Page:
Step 2 has a variant for cars where you can’t discover the Things. If you’ve a lot of similar Things (e.g. MQTT), either create one, copy the YAML from the code tab, then create another one and paste/edit into the new Thing’s code tab. Alternatively, query for the Thing in the REST API explorer, copy/paste/edit the JSON to the create Thing endpoint.

I started importing my items but quickly have that up. It’s so easy and it’s less work to recreate then from the model instead.

However, I’m fully aware that certain bindings like KNX and Modbus still are easier to manage through text configs so this may not make sense for you.

From a rules development perspective, I make heavy use if the developer sidebar to interact with items, bring up a scratchpad rule to execute adhoc code, and watch Item events as they happen. With code completion and syntax highlighting and those features, plus a terminal open to tail openHAB.log, in every bit as predictive writing rules as I was in OH 2.5.

That’s The import function mentioned. If it generates errors please file an issue. I was able to import items that are members of a group and I’ve but seen reports of this being a problem. By chance do theses groups already exist?

Without tons more details who can answer?

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Thanks for your explanations. So far I have transferred all items to database and things are basically running. I also started to create semantic model, but what I am wondering about is how to organise it. For example, what to use as the “root” for the model? The location (adress)? The house? It would be helpful if you (and others) could share the model you build so far to get some inspiration :wink:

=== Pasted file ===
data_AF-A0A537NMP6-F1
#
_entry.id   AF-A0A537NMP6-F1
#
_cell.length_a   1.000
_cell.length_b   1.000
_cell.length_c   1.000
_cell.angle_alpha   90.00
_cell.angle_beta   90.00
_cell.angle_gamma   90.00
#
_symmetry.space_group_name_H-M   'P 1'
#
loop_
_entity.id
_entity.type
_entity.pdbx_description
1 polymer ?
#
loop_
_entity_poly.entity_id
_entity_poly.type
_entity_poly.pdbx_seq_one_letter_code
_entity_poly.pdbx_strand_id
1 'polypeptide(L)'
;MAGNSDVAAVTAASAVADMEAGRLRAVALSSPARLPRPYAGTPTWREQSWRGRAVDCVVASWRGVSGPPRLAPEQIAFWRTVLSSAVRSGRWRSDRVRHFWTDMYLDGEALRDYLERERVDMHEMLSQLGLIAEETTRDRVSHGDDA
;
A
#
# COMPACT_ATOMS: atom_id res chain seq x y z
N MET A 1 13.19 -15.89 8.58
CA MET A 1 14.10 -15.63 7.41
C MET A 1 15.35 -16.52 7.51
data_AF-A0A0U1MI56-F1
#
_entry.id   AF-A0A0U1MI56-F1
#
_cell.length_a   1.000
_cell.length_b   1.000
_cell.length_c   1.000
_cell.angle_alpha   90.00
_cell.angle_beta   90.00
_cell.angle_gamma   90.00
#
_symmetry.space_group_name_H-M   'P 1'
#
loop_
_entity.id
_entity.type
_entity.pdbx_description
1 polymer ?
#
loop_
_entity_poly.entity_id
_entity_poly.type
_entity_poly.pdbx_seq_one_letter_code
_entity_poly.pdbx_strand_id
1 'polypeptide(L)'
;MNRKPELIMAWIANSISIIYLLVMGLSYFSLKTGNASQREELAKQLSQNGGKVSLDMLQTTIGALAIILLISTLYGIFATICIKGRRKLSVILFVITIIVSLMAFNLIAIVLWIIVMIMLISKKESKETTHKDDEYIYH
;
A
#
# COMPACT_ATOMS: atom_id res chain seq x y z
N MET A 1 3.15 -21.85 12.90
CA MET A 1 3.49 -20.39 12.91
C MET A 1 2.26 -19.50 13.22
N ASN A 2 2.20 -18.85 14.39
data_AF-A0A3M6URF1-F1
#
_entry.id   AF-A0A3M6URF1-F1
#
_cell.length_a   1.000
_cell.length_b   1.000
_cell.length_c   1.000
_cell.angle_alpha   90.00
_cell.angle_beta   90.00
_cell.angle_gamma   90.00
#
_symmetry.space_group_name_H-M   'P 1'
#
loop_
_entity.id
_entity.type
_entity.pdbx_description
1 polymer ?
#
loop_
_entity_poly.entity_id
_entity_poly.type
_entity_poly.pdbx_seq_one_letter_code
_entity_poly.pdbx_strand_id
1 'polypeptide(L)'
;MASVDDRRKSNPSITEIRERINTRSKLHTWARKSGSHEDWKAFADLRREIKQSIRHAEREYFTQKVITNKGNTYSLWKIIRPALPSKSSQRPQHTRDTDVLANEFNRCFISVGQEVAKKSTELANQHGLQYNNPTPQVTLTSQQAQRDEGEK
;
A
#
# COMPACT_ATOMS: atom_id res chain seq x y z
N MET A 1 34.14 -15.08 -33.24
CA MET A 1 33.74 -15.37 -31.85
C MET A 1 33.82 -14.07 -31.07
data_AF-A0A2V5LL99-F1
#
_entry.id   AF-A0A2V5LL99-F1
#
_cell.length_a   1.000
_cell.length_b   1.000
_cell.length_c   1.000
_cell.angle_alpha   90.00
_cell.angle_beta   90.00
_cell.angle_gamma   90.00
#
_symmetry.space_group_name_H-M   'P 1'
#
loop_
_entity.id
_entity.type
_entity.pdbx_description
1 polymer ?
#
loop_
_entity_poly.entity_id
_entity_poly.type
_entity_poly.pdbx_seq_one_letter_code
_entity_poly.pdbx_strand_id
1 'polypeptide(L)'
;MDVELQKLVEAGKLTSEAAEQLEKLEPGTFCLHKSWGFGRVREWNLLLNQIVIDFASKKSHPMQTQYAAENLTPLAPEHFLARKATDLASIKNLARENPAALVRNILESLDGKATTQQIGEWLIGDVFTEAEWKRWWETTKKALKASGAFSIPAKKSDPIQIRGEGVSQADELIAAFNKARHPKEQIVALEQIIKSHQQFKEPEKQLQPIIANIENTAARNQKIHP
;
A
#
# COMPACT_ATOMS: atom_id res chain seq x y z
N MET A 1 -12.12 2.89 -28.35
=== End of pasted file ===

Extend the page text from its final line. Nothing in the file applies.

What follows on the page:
Thanks! I am mainly using binding KNX, what are the benefits of this new model?

For the semantic modem you can find an example bere: Semantic Model | openHAB

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You don’t need a root at all if you’ve no reason to add one. Your rooms can just exist independently. Or you can use Home as the root and put the rooms inside that. Or a building as the root. You’ve all sorts of options. Do what makes sense.

I use two generic Locations as the roots because my openHAB has Items from two different places, my house and my dad’s house 100 miles away. Then under my house I have an Indoor and Outdoor because I have some stuff that is outside and other stuff inside. Then I have a Home Group under Indoor which is probably unnecessary. And under that I have the three floors of my house and in those the rooms.

That’s a really strictly defined structure, but I have reasons to do it that way.

It doesn’t matter what binding you are using. The Model is built in Items. Benefits include:

  • The Overview Page’s Location, Equipment, and Propertied tabs are automatically created.

  • “Add equipment from Thing” is a really quick and easy way to add a bunch of Items to openHAB.

  • All of the Item selectors in MainUI is going to present your Items to you based on the model first.

  • It provides a way to organize and manage your Items.

  • It allows for natural language interaction with openHAB using HABot.

  • Other new features will certainly be created that take advantage of the model.

For me, the ease in creating Items from Things makes it worth use alone.